There is nothing inherently wrong in the president of the United States addressing schoolchildren. The worry was whether this would be a political enlistment speech or a message to our nation’s youth. Obviously, the president wears several hats, among which are “leader of the free world” and “leader of the Democratic party.” Delivering a speech wearing the former hat is not objectionable. Schoolchildren usually esteem and are taught to esteem their president — this was, indeed, one of the crises of the Bill Clinton presidency (just what and who were they going to esteem?). Any number of presidents have been seen in classrooms, and one of the more famous pictures of Pres. George W. Bush shows him reading a book to a classroom in Florida about this time of year.
As for President Obama’s speech, thankfully the text is written for him as the leader of the nation and not of the Democratic party. That said, there are about five good paragraphs in it, along with a fair amount of insipidness, and nothing about some of the most serious challenges facing our youth: the temptations and problems associated with drug and alcohol abuse and teen sex, which I really hoped he’d use this speech to address. President Obama could be a very good role model and spokesman on those things (and, yes, and I can see dangers in talking sex here). But on the issues of club drugs, marijuana use, prescription-drug abuse, teen alcohol use, and drugged and impaired driving, he could really make an impact on our youth — and he doesn’t and never really has. I keep waiting for that message from him to our nation’s children. He has a rare megaphone, and so far as I can tell, he has squandered every opportunity to use it on those most challenging of issues.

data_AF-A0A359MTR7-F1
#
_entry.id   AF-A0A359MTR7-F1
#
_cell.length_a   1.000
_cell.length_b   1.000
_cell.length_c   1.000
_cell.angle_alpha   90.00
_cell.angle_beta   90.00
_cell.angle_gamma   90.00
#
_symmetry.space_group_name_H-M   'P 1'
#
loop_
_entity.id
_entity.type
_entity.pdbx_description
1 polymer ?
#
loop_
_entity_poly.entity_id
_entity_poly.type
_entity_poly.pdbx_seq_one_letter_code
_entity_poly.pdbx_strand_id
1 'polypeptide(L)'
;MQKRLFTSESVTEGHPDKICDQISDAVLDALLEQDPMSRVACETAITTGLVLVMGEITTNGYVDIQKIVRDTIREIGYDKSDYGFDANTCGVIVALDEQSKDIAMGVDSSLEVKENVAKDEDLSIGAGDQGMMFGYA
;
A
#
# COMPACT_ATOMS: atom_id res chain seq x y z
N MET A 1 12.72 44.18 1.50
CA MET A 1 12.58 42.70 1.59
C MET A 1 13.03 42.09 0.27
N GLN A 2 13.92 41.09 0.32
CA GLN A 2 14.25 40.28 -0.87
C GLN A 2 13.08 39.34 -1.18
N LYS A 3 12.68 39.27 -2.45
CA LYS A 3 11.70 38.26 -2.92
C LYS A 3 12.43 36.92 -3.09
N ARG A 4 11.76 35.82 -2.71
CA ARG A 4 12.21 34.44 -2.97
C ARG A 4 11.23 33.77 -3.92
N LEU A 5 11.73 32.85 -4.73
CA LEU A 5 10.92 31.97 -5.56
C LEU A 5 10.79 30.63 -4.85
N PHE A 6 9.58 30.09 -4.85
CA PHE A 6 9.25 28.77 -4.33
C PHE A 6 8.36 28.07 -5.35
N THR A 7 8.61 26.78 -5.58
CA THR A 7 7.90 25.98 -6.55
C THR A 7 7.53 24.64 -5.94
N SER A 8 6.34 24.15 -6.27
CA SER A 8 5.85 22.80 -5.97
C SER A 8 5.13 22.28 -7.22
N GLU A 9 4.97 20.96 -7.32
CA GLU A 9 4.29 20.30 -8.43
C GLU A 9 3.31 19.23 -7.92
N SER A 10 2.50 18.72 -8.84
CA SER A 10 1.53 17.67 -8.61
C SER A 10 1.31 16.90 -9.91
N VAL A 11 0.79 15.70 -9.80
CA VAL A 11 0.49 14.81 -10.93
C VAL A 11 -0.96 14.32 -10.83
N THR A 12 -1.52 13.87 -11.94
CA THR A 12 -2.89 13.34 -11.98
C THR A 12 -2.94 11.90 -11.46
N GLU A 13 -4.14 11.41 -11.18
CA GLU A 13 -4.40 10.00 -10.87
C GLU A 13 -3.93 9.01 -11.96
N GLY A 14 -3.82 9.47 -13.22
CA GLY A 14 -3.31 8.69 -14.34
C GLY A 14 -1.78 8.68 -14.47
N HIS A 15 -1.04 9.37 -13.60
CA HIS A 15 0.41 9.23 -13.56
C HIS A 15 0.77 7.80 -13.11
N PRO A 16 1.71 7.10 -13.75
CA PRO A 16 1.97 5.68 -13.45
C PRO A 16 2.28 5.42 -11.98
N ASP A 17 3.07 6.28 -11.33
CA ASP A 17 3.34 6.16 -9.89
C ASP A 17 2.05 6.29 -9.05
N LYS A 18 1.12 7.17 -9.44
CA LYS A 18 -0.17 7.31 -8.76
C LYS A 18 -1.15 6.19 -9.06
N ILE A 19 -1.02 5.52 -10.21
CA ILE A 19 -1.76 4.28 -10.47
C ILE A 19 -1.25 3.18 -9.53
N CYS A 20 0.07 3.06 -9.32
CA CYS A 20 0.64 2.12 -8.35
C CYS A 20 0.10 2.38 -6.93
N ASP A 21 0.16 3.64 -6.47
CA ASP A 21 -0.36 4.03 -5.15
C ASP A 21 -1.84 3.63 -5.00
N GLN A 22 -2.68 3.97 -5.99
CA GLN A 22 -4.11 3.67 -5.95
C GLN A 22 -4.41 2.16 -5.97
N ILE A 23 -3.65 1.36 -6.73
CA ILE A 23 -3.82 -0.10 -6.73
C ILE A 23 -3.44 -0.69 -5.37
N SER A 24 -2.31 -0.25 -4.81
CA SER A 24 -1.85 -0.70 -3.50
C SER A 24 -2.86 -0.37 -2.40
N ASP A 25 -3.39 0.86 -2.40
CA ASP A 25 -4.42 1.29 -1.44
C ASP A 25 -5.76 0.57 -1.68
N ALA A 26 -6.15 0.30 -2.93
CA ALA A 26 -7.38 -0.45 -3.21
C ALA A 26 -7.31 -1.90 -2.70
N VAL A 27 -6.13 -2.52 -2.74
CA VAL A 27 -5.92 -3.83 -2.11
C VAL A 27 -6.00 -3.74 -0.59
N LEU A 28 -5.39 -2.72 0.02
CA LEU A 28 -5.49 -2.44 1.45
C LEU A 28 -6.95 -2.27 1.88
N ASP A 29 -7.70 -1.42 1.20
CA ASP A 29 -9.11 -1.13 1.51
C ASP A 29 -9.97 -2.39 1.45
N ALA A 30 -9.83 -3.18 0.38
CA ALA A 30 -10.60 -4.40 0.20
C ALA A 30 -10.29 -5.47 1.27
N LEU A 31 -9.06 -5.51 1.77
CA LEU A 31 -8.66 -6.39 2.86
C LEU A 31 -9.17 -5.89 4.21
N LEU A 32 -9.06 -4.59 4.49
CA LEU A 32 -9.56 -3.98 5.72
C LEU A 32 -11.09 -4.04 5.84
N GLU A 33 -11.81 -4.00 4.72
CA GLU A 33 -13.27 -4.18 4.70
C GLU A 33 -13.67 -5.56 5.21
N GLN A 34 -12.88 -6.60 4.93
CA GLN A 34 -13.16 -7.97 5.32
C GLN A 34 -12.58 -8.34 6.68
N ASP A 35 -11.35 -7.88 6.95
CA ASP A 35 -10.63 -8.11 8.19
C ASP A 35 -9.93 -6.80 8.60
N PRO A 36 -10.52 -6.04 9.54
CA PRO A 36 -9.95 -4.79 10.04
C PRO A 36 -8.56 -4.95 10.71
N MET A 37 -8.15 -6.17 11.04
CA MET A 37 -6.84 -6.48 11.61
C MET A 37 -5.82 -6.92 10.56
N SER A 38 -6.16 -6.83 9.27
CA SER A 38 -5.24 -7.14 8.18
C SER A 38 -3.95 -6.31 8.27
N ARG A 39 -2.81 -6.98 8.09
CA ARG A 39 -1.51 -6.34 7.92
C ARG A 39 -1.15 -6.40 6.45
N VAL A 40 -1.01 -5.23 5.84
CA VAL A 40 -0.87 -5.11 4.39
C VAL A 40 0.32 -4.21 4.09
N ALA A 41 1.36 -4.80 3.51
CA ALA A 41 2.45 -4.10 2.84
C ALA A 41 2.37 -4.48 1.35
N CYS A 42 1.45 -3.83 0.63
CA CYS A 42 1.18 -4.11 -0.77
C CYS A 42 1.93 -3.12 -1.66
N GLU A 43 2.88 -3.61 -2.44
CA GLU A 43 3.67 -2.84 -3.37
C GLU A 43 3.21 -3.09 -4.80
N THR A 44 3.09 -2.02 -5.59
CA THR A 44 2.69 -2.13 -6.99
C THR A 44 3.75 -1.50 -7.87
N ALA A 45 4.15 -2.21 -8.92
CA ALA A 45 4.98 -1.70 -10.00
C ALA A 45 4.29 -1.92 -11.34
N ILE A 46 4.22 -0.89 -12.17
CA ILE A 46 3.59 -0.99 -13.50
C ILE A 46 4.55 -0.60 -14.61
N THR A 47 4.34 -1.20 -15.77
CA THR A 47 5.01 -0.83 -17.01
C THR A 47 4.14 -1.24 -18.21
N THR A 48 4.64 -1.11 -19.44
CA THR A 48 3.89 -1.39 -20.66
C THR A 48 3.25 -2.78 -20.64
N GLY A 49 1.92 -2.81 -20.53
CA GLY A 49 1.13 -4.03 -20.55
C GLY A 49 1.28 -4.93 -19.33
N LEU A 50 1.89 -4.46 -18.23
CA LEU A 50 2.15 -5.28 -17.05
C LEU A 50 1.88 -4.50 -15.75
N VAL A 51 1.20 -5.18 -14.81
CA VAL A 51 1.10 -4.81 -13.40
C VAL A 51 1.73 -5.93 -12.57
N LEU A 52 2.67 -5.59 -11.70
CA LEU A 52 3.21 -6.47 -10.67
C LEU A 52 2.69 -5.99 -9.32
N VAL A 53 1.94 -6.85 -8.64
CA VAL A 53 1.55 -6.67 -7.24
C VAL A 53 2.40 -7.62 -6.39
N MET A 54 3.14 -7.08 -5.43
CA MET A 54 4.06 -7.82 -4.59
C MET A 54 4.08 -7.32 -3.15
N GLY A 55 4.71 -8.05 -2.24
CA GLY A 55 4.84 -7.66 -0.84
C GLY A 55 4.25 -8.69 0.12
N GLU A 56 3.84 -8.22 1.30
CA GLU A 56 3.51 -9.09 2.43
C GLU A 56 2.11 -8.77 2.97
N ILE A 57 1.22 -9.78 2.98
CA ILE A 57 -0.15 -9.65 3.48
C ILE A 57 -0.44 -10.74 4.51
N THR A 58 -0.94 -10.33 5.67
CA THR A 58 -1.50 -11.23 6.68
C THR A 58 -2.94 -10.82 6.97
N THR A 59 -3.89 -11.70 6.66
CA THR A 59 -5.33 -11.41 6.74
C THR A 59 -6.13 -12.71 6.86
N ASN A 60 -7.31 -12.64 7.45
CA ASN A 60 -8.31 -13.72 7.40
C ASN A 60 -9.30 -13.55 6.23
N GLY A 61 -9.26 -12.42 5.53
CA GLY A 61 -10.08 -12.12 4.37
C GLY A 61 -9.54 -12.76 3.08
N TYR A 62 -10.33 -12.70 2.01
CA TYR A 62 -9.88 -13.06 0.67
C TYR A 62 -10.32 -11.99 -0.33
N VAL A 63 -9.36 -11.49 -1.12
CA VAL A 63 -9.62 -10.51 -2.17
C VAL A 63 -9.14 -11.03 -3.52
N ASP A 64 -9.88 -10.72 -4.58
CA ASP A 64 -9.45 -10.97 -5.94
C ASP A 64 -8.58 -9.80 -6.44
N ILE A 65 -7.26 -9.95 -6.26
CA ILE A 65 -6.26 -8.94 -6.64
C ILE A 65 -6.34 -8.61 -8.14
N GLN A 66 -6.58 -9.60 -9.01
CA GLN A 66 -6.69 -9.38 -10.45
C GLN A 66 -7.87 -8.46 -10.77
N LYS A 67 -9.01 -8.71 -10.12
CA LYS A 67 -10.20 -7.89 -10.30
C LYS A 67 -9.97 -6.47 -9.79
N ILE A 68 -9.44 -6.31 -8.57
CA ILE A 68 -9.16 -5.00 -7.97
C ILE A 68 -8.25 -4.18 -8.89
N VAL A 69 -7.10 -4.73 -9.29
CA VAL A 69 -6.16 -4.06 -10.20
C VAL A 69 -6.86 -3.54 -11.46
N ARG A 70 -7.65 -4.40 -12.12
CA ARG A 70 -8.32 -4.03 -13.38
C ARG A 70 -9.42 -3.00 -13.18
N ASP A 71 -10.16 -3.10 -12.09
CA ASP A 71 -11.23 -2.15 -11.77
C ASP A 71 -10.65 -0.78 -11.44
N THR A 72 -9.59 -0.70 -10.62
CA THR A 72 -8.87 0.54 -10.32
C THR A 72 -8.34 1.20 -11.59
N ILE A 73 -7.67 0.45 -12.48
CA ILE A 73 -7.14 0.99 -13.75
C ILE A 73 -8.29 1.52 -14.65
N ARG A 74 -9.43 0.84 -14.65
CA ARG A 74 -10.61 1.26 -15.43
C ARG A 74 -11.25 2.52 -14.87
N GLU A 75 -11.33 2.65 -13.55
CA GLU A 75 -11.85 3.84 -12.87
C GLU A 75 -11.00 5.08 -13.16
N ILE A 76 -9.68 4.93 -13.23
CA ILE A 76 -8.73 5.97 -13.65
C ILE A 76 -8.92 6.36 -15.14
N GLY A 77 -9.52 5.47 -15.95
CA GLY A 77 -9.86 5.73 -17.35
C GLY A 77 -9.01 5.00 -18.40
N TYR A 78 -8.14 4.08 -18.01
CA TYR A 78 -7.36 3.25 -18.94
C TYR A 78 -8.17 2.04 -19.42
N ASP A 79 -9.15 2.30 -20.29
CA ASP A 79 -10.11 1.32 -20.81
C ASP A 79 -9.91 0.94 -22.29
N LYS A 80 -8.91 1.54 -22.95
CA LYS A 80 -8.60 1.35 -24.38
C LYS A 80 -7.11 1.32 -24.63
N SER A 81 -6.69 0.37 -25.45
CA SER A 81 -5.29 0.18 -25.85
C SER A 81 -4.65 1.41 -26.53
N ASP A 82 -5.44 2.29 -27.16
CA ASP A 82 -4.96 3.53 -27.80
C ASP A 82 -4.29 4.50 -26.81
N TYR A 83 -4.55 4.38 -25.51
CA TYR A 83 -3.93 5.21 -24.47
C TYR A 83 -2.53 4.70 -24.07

As far as the message he’s imparting goes, it is not an objectionable speech, but there’s a lot of me asking, “What is the point of this rare opportunity?” End of day, kids will take home the message not to quit, and to work hard and not justify excuses. Fine. He gets a B- from me. But many challenges still obtain for our nation’s schoolchildren. And he could have united a lot of interests and interested parties — irrespective of partisan affiliation (indeed, even doing something truly bipartisan) — by taking them on and using this rare teachable moment. Mostly he did not.
— Seth Leibsohn is a fellow of the Claremont Institute.